How does one focus on sport when there is war back home?
World No.125 Polina Buhrova’s thoughts are far from Kuala Lumpur even though she was at the PETRONAS Malaysia Open 2022 as a spectator. War at home is a terrifying reality that she has to grapple with; yet, the 18-year-old is remarkably composed.
Buhrova has been in Kuala Lumpur since mid-June preparing for the European Junior Championships in August, having followed her national coach, who is Malaysian. There are obvious concerns over sponsorship and her future after the European Juniors; her way of dealing with the tumult is to zero in on the moment, to allow the moment to temporarily shut off larger concerns.
“I’m trying to do my best and focus on the tournament and on my performance, but it’s hard because all my thoughts are in Ukraine with my parents, with my relatives, with my teammates, so it’s a little difficult, but I try to focus and I think it will go the right way,” she says.
“I just try to focus on my performance and at the highest level of performance for my country, for my parents, for me, also for my coaches, and at practice, I focus on some individual moments, for example on my movements or my shots, some little parts of badminton.”
Buhrova began her career when she was 13. Last year she won three events including the Latvia International, and was runner-up at the Italian International. This year, she has played eight events, and hopes to play regularly on the World Tour after the European Juniors.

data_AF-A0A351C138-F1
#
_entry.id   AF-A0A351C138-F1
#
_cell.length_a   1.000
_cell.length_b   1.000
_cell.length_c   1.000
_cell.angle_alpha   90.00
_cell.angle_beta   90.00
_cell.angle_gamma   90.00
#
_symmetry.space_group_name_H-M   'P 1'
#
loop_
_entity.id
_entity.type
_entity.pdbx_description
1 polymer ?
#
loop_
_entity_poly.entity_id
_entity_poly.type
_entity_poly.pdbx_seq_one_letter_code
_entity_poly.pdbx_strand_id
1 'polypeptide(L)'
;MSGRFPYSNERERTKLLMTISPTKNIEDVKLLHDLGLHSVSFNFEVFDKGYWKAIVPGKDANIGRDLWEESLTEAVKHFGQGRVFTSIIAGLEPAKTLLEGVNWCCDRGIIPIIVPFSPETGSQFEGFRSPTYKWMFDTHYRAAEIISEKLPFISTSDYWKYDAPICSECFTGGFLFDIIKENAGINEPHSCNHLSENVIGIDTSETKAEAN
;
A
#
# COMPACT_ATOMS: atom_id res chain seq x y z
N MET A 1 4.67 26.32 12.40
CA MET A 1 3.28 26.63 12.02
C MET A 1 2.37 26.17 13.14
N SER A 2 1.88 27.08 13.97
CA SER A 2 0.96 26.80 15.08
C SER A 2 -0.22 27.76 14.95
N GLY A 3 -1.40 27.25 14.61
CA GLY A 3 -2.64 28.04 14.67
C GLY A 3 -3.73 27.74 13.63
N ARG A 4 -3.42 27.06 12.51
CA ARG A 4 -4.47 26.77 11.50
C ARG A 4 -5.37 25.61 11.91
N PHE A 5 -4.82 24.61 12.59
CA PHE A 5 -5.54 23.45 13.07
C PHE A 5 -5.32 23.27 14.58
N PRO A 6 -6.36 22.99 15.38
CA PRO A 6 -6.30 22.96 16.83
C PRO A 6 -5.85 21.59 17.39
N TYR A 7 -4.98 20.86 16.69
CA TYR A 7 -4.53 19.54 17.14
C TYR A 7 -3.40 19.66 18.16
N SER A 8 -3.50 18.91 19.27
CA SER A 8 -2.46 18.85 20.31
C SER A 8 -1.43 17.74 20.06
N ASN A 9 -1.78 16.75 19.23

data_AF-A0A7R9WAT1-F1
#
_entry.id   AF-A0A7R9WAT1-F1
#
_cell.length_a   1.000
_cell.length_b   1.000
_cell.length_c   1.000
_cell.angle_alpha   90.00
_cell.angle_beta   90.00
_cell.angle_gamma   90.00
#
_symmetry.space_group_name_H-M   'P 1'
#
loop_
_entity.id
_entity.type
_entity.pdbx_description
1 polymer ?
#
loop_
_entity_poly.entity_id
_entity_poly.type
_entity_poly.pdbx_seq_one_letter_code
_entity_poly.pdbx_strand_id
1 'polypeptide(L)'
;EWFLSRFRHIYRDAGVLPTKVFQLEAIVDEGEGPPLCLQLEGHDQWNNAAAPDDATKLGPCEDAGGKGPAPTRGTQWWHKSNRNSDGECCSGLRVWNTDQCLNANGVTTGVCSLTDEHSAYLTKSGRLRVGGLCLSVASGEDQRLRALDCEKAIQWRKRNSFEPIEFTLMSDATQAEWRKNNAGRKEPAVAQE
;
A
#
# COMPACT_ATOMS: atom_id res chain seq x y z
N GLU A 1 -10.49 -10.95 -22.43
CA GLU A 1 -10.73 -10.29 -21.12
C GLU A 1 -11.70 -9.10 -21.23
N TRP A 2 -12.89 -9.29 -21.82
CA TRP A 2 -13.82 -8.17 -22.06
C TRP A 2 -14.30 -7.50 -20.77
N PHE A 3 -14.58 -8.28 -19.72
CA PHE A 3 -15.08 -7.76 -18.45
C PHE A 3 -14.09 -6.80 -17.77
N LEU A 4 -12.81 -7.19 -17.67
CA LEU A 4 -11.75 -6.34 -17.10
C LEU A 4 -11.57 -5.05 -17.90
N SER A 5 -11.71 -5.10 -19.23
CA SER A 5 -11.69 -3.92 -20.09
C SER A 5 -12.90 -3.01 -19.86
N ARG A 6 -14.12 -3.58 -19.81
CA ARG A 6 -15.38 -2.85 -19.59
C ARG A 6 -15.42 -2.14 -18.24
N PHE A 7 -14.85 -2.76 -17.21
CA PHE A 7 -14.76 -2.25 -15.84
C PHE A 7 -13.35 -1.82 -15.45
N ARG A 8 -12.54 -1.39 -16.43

“My big goal is the European Junior Championships, which is the last junior event for me. So of course, I will prepare for the gold medal. In future I really hope this war will finish and I can go home but we’re not sure. So now I just have my goals like the European Junior Championship, and some tournaments like the Super 100 or 300 or 500, and try to move there and put all my strength, all my focus, all my thoughts on high performances there… I cannot say that I will come home or I will stay in Malaysia because I don’t know. but I hope that something will happen and the situation will be better and I will go home or I will have some solutions. And yes, my goal is going into the big arenas like the Super 1000, Super 750 and of course take medals there.”
What, therefore, does badminton mean to a player whose future has been threatened by war?
“Badminton is my life, my profession. So I will keep moving on this way, I will try my best. I will do everything which can help me, my country, the Ukrainians; all my wins will be for the Ukrainian people.”